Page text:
Open—An incision will be made in the side. The damaged part of the kidney will be fixed. Any blocked areas will be removed. The healthy sections of the ureter will be reattached. Stitches will close the incisions.
—A few keyhole incisions are made. Special tools will be passed through tubes that are inserted into the incisions. The repair steps are the same as the open surgery.
You may have a stent placed. The stent keeps the ureter open. This is so urine can pass through. When the area is healed, the stent is taken out.
How Long Will It Take?
About 2-3 hours
How Much Will It Hurt?
Anesthesia will prevent pain during surgery. Medicines will ease pain after the procedure.
Average Hospital Stay
The usual hospital stay is 2-3 days. You may need to stay longer if there are problems. The stay may be shorter if you had a laparoscopic surgery.
At the Hospital
Pain while passing urine is normal. You may also feel an urgent need to pass urine. These problems will go away as the area heals.
During your stay, the healthcare staff will take steps to lower your chances of infection such as:
Washing their hands
Wearing gloves or masks
Keeping your incisions covered
There are also steps you can take to lower your chance of infection such as:
Washing your hands often and reminding your healthcare staff to do the same
Reminding your healthcare staff to wear gloves or masks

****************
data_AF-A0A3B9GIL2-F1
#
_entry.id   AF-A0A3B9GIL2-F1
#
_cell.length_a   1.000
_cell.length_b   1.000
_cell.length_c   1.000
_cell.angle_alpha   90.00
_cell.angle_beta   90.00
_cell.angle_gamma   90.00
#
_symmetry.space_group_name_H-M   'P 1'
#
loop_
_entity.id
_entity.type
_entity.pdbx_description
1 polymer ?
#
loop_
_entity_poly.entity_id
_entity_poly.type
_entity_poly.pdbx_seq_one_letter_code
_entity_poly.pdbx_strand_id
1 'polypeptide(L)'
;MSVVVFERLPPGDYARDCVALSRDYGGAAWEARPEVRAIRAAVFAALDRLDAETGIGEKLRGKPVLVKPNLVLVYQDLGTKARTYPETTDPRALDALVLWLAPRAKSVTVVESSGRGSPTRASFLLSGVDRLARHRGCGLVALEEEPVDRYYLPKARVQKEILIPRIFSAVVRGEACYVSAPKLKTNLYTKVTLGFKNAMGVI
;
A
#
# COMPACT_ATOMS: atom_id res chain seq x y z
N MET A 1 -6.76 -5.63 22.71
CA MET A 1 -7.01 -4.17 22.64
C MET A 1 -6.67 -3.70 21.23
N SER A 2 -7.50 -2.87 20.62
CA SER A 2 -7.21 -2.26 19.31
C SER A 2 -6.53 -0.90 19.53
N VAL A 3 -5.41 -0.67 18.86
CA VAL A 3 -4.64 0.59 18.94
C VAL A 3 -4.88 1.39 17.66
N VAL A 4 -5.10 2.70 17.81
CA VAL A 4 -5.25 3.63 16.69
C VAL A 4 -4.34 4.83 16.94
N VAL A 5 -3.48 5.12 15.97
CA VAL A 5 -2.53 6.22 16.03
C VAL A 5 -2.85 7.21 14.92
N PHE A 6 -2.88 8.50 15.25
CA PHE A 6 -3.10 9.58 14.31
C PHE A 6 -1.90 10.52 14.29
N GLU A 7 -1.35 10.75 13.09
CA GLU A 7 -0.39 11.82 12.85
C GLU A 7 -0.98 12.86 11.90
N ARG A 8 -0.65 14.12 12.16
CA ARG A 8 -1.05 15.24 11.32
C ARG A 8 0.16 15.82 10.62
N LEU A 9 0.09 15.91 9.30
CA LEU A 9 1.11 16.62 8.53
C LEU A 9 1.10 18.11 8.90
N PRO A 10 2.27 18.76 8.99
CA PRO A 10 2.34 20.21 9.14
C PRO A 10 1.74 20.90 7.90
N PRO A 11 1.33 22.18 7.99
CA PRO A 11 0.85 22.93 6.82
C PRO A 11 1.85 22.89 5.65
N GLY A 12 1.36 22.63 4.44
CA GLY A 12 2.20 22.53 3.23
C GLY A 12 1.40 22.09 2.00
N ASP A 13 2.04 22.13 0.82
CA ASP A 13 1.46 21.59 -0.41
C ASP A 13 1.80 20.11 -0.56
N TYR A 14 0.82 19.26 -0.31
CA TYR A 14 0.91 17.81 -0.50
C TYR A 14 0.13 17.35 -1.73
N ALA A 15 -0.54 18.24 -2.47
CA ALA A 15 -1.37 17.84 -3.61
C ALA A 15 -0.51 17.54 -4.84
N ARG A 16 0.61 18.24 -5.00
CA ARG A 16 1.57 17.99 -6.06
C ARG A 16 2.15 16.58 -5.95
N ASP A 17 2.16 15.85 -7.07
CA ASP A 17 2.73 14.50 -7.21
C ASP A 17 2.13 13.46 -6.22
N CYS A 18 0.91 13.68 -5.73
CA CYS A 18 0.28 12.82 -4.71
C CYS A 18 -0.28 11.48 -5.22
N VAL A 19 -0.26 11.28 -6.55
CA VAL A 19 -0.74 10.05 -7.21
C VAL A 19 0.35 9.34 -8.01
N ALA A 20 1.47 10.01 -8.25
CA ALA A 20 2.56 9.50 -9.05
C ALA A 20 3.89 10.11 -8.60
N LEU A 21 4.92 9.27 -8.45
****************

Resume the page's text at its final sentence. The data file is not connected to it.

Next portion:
Not letting others to touch your incision
You may have a catheter for up to a week after you go home.
To help you get healthier faster:
Take care of the catheter as advised.
Follow wound care orders to avoid infection.
Call Your Doctor
Call your doctor if any of these occur:
Fever or chills
Redness, swelling, pain, bleeding, or pus draining from the incision
Persistent nausea or vomiting
Pain that you cannot control with the medicines you were given
Problems passing urine such as:
If you think you have an emergency, call for emergency medical services right away.
EBSCO Information Services is fully accredited by URAC. URAC is an independent, nonprofit health care accrediting organization dedicated to promoting health care quality through accreditation, certification and commendation.
This content is reviewed regularly and is updated when new and relevant evidence is made available. This information is neither intended nor implied to be a substitute for professional medical advice. Always seek the advice of your physician or other qualified health provider prior to starting any new treatment or with questions regarding a medical condition.
To send comments or feedback to our Editorial Team regarding the content please email us at firstname.lastname@example.org. Our Health Library Support team will respond to your email request within 2 business days.